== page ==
actually be pregnant – I was too old!

...One night at about ten o’clock, after succumbing to a two-day craving for a buffalo
burger, it struck me like a lightning bolt: Oh my God, maybe I AM pregnant! Even
though I’d joked about it repeatedly, the thought was so shocking and bizarre that I
couldn't think straight or sit still. I drove straight to the nearest pharmacy to buy a
pregnancy kit. It was positive - yikes! I still couldn't bring myself to believe it. I did a
fairly good job of convincing myself that I could be one of those rare false positives.


Friday, May 15, 2015


Chiropractic and Infertility

Guest Post By Robert C Davis

Many different clinical case studies have emphasized the advantages and wonderful results of chiropractic therapy for patients who were unproductive in their effort to bear children. Although chiropractic care is not a direct treatment for infertility, it can contribute to enhanced homeostasis and physiological adjustment therefore allowing the body to have a better level of health as a result.
In three consecutive issues of the peer-reviewed Journal of Verebral Subluxation Research (JVSR), case studies were published regarding women who were struggling with their infertility, and who opted to utilize chiropractic rehabilitation. It demonstrated a strong connection linking the utilization of chiropractic therapy and the resolution of infertility. In the following cases, chiropractic care was initiated and the outcomes were recorded and published.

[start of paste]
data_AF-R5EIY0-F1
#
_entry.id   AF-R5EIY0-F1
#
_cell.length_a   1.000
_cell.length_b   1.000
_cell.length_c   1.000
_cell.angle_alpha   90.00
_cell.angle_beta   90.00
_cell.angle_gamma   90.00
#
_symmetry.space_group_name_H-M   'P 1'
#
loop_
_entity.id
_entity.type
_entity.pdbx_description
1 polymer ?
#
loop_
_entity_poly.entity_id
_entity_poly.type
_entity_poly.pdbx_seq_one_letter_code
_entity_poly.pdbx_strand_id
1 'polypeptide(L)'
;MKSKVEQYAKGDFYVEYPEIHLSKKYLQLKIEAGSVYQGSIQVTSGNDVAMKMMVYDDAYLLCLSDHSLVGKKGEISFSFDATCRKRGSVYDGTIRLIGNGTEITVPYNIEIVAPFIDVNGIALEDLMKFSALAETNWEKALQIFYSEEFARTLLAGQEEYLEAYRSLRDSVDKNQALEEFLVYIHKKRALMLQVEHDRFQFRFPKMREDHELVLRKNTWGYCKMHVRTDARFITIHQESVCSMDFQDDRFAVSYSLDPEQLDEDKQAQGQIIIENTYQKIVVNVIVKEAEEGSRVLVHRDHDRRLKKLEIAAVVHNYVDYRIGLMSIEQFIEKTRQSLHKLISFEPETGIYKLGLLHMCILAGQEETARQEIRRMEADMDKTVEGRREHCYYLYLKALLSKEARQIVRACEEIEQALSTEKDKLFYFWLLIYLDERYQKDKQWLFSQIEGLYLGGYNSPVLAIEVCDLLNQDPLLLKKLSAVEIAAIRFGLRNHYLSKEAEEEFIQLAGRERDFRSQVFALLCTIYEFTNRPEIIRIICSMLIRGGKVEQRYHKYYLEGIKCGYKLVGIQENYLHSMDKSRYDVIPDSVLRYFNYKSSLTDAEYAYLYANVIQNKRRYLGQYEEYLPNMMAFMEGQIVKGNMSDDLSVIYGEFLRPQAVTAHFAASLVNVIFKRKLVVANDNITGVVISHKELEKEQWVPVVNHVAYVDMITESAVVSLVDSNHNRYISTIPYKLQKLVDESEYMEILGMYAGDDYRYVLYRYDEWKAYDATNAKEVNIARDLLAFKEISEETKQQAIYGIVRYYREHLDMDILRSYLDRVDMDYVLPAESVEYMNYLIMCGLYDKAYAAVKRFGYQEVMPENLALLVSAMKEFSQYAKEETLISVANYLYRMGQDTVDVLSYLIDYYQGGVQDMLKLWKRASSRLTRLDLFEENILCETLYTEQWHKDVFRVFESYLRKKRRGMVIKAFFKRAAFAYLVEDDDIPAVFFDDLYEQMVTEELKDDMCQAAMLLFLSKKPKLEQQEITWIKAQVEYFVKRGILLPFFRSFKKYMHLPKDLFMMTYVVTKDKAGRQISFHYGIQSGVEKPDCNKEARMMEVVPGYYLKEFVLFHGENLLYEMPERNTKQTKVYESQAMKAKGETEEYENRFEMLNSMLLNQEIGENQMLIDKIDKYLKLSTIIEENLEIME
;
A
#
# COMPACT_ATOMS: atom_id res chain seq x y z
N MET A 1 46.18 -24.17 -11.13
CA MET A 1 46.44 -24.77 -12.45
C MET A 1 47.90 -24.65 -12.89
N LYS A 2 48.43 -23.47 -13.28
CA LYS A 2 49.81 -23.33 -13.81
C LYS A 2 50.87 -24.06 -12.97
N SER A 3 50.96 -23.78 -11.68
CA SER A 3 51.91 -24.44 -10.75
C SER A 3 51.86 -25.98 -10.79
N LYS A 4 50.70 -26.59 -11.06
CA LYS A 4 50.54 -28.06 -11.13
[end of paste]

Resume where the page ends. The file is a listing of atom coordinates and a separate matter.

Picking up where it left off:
In the December 8, 2003 issue of the JVSR, a case study involving a 32-year-old female whose infertility was accounted for. Since August 1999, she attempted to get pregnant. Prior to this, she had tried various conventional medical interventions such as treatment with Clomid, a fertility drug, artificial insemination, detailed fertility testing, and in vitro fertilization. Having no success, she sought chiropractic therapy in November 3, 2001. Over the next six weeks, chiropractic examination and rehabilitation were done. At this time, the patient's other concerns of headaches and pain in the lower back portion dramatically improved. In addition, the patient's estrogen levels, endometrial thickness, and cervical mucus levels also improved compared to the time when the patient's fertility specialists attempted the first in vitro fertilization. On February 17, 2002, the second in vitro fertilization was done and the patient displayed a positive pregnancy test on March 2, 2002.